To: (Separate email addresses with commas)
From: (Your email address)
Message: (Optional)
Send
Cancel

Thanks!

Close

What's The Difference Between Composite And Base Radar, And Which One Should You Use For Flying?

Boldmethod

When you're checking radar before your flight, you always see two radar options: composite reflectivity, and base reflectivity. When you look at both, they sometimes look the same, and other times they look very different.

So which one should you use? Should you pick the one that looks more favorable for your flight and just go for it? That's probably not the best way to make your decision (we wouldn't recommend it). Here's how both of them work, and how you can use them for your next flight.

The Radar Basics

As NEXRAD radar sweeps around 360 degrees looking for the next storm you need to avoid, it sends out beams in multiple elevations. The lowest elevation is typically 0.5 degrees, and it goes up from there.

How Base Reflectivity Works

When you look at a base reflectivity radar image, you're looking at the radar echoes from only one of the radar beams, most often the 0.5 degree beam (lowest tilt).

Why the 0.5 degree beam? Because it's the best representation of what's falling out of a cloud and onto the ground. So if you're walking across the ramp to preflight your plane, the base reflectivity image is going to tell you if you're going to get wet (or covered in snow) while you're doing it.

But there are some downsides to base reflectivity. While you know what's coming out of the bottom of a cloud, it doesn't necessarily tell you what's happening higher up in the atmosphere. And since storms reach well into the flight levels, there can be a lot going on aloft that you're not seeing. Like this:

That means that if you're looking at the base reflectivity to plan your flight, climbing up to 10,000 feet could give you a nasty surprise of what's happening aloft.

There's another downside. In mountainous areas, the lowest radar beams can be blocked by terrain. When that happens, there can be weather beyond the next ridge that radar doesn't show you.

And since weather can be radically different on one side of a mountain range vs. the other, it opens up the possibility of you not knowing about precipitation along your route.

How Composite Reflectivity Works

In a composite radar image, the strongest radar echo return for each elevation level is combined into one image. The image gives you more information of what's happening at all elevations of the storm.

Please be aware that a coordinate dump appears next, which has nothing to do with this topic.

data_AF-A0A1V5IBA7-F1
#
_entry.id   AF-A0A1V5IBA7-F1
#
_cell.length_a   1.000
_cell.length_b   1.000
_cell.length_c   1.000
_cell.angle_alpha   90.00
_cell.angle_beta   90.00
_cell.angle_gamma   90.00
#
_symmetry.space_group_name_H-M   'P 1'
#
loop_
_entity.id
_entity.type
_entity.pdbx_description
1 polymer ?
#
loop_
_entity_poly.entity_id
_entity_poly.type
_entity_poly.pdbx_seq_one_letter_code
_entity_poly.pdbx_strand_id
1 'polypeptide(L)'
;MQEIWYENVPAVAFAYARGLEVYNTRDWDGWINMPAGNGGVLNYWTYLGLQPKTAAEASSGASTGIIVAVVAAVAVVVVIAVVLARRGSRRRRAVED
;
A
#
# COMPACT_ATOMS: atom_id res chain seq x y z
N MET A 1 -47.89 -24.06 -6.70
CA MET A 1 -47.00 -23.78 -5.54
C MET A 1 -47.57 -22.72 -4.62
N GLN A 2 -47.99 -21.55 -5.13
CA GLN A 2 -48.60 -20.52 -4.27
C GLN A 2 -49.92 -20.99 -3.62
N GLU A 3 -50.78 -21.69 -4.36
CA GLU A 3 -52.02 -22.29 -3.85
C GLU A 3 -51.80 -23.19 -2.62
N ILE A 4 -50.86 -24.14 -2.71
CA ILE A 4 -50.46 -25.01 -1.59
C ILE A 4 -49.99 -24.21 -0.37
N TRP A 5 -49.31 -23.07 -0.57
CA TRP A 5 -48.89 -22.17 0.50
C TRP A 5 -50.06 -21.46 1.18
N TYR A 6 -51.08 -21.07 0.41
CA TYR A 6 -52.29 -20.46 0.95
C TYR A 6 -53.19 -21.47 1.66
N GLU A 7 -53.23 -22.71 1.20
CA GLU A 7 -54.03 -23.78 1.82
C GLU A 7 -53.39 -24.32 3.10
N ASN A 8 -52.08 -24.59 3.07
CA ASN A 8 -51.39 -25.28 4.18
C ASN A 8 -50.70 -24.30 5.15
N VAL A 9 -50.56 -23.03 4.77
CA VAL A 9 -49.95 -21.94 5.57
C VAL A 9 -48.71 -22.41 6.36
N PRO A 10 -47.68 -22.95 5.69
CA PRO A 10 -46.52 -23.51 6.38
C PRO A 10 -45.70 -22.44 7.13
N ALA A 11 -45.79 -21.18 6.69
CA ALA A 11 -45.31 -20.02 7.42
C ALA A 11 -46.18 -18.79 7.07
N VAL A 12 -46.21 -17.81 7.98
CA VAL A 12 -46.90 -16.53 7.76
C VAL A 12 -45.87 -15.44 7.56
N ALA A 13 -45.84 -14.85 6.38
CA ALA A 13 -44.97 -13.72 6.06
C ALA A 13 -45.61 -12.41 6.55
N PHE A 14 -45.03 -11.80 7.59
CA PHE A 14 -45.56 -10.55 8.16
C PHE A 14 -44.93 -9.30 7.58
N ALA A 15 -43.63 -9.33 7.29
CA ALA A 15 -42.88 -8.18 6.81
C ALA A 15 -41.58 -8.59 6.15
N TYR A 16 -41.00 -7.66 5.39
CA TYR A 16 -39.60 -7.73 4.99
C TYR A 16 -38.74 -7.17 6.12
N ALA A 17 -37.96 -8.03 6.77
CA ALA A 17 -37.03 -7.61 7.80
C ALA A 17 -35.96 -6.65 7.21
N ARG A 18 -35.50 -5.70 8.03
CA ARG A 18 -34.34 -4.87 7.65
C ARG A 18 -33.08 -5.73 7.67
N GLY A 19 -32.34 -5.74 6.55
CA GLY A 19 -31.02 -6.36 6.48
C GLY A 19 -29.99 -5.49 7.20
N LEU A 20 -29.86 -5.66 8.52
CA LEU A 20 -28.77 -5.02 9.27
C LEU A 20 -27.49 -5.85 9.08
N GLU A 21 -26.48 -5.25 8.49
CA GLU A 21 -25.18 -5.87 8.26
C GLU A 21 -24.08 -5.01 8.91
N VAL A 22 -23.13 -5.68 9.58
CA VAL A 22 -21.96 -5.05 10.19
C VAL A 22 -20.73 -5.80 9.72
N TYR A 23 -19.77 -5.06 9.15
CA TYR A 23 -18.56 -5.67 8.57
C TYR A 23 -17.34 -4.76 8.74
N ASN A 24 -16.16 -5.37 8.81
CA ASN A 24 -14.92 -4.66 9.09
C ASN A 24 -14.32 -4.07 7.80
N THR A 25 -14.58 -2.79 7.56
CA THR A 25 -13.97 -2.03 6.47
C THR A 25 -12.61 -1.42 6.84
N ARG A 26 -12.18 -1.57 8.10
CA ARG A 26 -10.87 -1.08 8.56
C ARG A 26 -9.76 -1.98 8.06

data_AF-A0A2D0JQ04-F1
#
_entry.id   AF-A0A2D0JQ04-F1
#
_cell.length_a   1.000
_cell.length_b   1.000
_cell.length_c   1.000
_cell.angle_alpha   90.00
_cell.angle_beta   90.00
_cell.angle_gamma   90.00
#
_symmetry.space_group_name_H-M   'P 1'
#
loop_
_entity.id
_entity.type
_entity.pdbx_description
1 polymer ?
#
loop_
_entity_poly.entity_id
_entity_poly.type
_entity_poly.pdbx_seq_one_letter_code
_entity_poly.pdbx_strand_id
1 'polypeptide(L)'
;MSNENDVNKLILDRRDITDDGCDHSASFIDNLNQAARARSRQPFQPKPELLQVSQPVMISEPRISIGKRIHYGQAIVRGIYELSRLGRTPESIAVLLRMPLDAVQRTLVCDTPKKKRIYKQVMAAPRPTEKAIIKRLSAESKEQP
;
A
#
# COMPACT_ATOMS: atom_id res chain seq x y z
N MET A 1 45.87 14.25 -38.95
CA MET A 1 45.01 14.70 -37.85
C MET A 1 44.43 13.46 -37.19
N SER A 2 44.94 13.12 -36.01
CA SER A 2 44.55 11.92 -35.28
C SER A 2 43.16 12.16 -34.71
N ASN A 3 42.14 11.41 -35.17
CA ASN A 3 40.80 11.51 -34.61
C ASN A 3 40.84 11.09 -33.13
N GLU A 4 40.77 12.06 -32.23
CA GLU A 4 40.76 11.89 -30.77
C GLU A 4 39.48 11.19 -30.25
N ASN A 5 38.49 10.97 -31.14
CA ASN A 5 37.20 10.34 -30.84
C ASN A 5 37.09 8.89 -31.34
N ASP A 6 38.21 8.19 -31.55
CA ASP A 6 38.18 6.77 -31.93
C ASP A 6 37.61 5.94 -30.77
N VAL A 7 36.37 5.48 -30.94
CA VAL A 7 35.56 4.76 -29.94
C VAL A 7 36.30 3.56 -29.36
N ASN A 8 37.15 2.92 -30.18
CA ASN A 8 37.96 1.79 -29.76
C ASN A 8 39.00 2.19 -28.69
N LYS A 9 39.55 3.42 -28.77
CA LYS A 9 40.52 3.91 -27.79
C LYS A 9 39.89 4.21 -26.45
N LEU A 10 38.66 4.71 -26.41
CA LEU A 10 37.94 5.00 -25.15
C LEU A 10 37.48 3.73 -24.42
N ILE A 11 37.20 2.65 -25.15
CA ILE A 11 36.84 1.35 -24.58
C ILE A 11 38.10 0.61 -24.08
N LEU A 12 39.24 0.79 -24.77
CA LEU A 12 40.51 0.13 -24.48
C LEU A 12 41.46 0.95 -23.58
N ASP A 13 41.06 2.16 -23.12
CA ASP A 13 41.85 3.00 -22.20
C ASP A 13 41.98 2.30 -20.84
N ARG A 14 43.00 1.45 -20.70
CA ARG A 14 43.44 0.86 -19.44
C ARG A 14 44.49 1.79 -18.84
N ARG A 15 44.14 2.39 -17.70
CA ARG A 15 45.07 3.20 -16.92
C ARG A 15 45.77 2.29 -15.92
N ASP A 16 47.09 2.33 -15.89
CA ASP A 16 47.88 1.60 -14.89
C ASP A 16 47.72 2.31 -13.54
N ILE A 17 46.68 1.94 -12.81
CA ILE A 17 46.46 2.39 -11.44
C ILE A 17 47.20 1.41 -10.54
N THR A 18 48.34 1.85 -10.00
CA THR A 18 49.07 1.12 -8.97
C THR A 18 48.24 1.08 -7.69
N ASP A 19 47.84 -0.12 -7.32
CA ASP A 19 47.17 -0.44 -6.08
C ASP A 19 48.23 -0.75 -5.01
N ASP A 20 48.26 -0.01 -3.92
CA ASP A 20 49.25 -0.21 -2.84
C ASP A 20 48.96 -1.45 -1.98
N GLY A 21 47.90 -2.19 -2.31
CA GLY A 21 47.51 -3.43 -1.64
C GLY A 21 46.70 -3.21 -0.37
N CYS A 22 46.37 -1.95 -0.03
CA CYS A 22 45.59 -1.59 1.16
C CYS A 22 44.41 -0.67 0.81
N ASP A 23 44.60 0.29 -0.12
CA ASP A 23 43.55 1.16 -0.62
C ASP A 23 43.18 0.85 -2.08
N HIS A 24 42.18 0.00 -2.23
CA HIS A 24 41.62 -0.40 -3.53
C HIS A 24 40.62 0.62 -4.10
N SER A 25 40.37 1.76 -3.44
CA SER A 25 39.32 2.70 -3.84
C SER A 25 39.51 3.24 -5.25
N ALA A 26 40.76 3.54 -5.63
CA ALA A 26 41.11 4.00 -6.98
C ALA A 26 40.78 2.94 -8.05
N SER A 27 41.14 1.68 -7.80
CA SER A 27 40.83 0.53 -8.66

Storms, especially ones that are still forming, have a lot of precipitation held up in the air from updrafts. And while that precip may not be falling to the ground yet, it doesn't mean that it's going to be suspended in the air forever. Remember, what comes up, must come down.

Look at the two radar images below. While the base reflectivity image shows the core of the storm, it doesn't show the surrounding area of precipitation compared to the composite image. That can mean a few things.

1) precipitation high in the atmosphere could be evaporating long before it hits the ground, which would make the composite radar image look worse than it really is. 2) it could mean there are strong updrafts holding the precipitation aloft, and that's something you probably want to steer clear of.

Which One Should You Be Using?

So which radar image should you be using to plan your next flight? There isn't a definite 'right' answer, but knowing the difference between base and composite images is the key.

Base reflectivity maps will give you the best picture of what's falling out of the bottom of a cloud, but can also make a storm look smaller than it really is. And if you're flying below the clouds, the base reflectivity will be your best picture of where the precip is falling.

Composite reflectivity is the 'worst case scenario' radar image, and it can show precipitation that's nowhere near your altitude, as well as precipitation that might evaporate and never hit the ground. But at the same time, it can show you areas of strong updrafts and precipitation that hasn't hit the ground...yet.

Steering well clear of the weather is your best option with either radar image. Compare the two, chart a wide course around the precip, and you'll keep yourself out of weather you don't want to be in.

Colin Cutler

Colin is a Boldmethod co-founder, pilot and graphic artist. He's been a flight instructor at the University of North Dakota, an airline pilot on the CRJ-200, and has directed development of numerous commercial and military training systems. You can reach him at colin@boldmethod.com.

Images Courtesy:

Recommended Stories

Latest Stories

    Load More
    Share on Facebook Share on Twitter Share via Email